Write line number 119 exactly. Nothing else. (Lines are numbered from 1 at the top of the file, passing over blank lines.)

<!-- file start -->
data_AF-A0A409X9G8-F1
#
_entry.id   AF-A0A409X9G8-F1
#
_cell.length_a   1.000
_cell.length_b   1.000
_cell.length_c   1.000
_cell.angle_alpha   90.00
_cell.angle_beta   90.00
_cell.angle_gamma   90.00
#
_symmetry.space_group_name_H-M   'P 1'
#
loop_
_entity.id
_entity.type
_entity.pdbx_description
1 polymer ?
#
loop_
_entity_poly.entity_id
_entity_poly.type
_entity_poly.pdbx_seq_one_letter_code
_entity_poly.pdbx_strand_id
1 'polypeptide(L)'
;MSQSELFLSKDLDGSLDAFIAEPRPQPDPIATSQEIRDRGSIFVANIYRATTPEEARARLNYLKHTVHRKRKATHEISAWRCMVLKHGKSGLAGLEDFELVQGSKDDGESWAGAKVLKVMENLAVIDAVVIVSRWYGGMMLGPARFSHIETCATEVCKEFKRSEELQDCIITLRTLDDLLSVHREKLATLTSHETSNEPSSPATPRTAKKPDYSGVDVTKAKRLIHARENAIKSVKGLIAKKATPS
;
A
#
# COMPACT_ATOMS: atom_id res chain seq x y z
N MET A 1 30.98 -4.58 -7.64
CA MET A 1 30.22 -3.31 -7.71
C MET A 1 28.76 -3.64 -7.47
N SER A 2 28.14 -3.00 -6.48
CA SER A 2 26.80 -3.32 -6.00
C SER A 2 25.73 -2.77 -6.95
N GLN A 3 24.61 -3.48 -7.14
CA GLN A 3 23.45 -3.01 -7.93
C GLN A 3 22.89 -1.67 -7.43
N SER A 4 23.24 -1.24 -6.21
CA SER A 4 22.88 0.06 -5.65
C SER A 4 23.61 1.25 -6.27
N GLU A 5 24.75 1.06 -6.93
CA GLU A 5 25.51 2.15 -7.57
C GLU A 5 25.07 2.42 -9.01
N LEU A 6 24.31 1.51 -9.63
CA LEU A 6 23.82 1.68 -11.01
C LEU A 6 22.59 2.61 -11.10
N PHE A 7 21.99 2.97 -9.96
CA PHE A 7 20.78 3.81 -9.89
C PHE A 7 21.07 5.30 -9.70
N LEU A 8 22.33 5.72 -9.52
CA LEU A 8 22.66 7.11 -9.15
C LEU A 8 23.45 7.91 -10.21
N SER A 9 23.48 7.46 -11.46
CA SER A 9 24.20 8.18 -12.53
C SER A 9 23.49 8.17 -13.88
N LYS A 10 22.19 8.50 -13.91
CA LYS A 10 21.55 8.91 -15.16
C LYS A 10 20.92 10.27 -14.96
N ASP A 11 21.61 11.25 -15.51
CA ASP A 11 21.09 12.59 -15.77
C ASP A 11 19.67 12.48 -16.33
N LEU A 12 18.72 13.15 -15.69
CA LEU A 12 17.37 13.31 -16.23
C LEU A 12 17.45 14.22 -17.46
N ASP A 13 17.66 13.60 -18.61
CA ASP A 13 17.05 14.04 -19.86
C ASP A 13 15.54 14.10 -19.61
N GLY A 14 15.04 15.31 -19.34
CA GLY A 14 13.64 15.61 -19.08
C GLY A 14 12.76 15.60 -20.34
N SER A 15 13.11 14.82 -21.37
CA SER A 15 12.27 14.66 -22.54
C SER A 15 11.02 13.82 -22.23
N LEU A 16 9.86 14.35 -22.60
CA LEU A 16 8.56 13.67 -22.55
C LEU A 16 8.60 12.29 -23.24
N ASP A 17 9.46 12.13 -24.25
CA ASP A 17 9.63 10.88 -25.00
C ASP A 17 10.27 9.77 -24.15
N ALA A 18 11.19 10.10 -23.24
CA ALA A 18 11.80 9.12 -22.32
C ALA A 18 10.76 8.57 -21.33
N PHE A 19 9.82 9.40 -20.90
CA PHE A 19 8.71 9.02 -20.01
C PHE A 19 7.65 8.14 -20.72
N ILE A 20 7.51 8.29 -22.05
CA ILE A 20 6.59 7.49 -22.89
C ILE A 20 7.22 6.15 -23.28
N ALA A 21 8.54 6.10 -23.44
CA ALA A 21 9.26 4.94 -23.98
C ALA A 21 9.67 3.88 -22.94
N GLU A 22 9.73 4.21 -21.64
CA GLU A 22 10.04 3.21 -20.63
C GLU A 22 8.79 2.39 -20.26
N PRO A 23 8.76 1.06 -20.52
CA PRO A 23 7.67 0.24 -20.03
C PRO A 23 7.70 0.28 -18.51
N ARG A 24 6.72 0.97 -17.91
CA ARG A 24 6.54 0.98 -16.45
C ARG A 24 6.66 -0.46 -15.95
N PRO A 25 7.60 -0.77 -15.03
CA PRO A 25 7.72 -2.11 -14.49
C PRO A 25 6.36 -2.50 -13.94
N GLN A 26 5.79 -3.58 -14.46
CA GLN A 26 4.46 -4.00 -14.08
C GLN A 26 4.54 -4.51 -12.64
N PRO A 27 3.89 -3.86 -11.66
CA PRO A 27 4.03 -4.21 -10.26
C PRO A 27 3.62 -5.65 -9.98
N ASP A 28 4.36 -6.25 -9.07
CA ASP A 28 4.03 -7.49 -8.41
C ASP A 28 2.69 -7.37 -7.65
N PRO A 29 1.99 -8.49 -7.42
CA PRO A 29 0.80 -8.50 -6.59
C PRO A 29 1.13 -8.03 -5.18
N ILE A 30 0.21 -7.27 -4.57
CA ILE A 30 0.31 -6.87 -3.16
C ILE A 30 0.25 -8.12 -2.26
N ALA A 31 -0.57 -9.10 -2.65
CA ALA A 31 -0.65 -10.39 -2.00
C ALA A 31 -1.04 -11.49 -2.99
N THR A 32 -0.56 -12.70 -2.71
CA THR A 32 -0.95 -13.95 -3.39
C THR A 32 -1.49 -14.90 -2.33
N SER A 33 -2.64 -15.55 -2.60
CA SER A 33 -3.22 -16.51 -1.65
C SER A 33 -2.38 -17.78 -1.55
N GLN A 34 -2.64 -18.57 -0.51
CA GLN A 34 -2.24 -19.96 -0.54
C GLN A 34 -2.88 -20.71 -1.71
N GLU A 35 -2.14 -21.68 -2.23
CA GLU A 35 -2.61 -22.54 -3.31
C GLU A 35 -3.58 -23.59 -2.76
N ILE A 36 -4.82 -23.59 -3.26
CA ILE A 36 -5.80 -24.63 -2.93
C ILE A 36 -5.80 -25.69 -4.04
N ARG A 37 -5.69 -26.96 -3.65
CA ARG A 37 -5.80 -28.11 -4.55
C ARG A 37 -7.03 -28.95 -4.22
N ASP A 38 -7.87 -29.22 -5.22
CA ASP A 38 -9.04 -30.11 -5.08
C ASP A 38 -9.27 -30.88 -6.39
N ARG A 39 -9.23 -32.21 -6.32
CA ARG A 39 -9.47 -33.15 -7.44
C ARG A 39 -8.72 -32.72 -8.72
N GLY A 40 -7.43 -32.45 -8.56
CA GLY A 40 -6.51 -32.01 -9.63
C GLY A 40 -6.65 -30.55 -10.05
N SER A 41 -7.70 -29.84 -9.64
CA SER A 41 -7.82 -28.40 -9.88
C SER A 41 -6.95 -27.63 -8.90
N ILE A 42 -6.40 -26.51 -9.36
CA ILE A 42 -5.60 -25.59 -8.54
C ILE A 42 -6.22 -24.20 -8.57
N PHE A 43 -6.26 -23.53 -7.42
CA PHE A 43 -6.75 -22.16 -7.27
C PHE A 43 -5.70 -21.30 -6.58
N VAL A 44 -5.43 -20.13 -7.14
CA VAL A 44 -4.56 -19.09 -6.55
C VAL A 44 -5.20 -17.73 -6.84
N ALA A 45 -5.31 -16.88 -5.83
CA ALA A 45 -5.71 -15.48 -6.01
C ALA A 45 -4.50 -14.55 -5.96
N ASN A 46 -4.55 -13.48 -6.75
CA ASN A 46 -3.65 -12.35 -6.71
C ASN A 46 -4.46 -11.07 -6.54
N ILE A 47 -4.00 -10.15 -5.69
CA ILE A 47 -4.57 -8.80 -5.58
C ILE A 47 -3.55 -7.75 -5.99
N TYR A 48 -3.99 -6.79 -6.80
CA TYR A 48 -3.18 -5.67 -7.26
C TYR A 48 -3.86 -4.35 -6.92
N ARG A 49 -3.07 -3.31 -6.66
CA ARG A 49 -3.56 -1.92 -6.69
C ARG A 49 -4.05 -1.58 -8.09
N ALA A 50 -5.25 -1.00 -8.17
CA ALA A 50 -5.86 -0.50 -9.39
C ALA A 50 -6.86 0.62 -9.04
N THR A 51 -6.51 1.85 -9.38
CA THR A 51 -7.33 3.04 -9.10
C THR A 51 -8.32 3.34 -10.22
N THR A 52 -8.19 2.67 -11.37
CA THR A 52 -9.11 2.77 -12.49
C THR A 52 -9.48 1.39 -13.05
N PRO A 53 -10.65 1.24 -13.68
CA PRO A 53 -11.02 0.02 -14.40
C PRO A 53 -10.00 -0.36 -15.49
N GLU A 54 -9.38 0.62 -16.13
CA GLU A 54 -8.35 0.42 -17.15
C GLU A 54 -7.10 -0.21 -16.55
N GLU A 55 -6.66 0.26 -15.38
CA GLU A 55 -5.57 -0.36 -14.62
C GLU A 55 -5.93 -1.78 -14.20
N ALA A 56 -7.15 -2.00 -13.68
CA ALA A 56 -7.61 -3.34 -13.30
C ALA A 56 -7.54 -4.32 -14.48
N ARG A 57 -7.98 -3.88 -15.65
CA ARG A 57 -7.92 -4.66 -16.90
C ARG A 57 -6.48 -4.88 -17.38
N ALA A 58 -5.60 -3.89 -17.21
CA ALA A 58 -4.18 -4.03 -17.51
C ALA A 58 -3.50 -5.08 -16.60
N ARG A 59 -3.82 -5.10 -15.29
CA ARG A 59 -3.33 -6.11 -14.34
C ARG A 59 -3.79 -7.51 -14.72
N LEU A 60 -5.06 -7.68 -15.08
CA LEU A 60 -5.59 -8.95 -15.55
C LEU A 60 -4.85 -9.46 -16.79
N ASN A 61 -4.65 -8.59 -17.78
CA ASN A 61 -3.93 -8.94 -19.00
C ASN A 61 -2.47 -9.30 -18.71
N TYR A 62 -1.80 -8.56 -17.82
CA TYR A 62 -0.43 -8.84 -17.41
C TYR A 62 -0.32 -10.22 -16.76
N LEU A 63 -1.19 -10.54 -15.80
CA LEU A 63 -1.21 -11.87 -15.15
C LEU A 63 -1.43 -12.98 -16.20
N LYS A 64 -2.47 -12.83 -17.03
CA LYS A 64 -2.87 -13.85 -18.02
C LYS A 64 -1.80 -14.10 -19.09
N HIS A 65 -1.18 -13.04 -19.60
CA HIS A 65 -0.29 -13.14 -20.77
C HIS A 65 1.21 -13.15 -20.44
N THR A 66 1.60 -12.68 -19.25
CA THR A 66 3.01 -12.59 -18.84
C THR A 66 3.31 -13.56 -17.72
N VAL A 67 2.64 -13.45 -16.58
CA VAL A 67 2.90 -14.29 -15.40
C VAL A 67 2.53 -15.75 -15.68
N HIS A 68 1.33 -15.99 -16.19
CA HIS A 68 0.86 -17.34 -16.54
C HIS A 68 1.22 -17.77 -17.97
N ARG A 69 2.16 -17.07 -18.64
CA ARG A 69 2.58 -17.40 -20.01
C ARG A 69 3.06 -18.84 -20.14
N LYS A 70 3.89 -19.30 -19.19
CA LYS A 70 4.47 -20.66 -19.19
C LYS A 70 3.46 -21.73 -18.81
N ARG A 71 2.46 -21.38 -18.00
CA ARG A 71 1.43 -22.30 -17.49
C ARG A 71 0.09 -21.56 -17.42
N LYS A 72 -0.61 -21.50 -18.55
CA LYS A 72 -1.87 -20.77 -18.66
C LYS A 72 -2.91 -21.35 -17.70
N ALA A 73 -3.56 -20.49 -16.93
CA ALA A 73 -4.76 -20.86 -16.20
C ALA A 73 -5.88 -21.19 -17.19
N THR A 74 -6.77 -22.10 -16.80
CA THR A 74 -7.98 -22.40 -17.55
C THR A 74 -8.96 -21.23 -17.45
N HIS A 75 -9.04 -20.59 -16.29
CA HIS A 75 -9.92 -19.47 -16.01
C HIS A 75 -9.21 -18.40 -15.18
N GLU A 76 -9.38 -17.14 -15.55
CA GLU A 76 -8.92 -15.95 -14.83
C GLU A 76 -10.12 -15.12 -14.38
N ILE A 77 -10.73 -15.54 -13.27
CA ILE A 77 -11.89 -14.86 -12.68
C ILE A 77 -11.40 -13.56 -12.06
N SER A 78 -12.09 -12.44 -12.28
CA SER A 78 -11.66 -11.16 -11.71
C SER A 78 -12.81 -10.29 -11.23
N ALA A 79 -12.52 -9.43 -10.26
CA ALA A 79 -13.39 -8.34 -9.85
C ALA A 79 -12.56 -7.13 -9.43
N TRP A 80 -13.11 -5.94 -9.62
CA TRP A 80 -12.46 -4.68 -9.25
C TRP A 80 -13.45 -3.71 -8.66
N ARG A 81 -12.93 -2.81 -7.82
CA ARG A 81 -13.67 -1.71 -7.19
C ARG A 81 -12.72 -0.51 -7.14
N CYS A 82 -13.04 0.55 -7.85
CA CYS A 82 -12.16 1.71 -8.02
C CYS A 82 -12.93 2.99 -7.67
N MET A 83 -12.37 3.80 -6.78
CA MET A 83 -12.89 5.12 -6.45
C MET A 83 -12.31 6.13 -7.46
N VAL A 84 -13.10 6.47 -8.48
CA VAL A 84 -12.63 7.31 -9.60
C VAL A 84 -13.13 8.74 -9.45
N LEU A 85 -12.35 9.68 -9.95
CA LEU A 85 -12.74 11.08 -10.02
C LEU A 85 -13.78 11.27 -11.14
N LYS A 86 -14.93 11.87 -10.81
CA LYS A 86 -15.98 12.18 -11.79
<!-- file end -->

CA ILE A 30 0.31 -6.87 -3.16